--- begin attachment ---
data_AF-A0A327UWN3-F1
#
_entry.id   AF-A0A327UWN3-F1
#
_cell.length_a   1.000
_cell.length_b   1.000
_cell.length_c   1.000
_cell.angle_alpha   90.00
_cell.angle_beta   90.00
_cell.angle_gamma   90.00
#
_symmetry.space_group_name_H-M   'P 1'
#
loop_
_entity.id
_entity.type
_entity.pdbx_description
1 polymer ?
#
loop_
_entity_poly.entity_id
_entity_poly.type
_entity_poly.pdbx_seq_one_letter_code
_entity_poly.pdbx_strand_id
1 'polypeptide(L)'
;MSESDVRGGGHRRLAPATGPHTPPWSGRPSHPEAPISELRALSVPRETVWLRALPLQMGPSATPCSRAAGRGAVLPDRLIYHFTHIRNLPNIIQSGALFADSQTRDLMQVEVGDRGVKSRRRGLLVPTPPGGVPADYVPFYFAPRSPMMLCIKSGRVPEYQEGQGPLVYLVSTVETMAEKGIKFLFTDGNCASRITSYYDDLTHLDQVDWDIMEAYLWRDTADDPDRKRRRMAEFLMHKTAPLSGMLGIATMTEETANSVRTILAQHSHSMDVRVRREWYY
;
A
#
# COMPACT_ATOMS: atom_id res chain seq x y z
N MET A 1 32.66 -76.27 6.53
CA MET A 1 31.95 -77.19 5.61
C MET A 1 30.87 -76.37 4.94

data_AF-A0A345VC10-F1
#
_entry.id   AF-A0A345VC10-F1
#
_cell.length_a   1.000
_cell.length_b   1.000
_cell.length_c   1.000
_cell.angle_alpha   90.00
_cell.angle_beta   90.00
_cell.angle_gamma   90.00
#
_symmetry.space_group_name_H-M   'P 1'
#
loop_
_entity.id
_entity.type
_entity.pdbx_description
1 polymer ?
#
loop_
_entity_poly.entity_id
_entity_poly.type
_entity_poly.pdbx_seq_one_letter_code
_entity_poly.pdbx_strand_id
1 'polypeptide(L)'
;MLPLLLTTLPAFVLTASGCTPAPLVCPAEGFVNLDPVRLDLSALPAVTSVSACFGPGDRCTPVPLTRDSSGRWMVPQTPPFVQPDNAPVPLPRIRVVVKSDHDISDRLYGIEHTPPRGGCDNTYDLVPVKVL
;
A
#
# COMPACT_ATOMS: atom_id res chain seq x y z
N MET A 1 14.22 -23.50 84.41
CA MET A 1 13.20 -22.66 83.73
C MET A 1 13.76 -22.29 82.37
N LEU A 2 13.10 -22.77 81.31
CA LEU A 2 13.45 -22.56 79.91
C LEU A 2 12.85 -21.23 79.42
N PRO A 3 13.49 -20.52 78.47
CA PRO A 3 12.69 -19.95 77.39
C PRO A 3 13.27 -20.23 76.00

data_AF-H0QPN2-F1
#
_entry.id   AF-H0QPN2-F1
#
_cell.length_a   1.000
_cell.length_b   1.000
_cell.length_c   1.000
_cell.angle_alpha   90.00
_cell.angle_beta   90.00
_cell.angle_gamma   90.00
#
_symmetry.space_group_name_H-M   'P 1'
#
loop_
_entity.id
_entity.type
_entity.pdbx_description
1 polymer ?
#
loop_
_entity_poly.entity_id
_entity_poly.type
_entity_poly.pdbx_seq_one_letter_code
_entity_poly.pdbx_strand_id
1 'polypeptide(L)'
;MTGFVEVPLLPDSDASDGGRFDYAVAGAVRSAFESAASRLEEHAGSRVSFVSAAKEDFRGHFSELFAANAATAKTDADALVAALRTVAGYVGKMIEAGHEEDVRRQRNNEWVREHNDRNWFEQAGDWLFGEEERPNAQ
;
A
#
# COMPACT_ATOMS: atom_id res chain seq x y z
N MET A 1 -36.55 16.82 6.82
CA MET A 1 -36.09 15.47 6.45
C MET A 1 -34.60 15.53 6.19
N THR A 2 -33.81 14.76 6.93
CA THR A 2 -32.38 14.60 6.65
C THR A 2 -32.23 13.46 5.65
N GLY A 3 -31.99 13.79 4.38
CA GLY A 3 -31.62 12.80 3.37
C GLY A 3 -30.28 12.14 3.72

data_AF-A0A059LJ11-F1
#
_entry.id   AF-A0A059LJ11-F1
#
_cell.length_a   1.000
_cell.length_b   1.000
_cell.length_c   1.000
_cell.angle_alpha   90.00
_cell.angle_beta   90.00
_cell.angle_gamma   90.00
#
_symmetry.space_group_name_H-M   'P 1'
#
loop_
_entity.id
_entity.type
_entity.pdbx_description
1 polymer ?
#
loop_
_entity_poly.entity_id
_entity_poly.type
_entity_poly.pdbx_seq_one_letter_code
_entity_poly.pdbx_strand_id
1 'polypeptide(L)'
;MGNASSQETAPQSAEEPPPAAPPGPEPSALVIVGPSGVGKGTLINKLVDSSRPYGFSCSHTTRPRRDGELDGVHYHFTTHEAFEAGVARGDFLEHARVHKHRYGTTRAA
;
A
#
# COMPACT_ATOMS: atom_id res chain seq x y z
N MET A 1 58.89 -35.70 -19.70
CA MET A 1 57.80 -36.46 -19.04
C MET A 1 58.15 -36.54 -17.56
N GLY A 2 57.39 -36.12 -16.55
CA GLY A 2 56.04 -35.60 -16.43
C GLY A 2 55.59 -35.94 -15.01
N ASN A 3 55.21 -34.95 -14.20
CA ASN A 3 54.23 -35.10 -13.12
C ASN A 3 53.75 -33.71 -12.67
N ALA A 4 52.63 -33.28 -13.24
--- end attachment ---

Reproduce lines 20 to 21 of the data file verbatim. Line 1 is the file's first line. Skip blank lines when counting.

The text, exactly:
loop_
_entity_poly.entity_id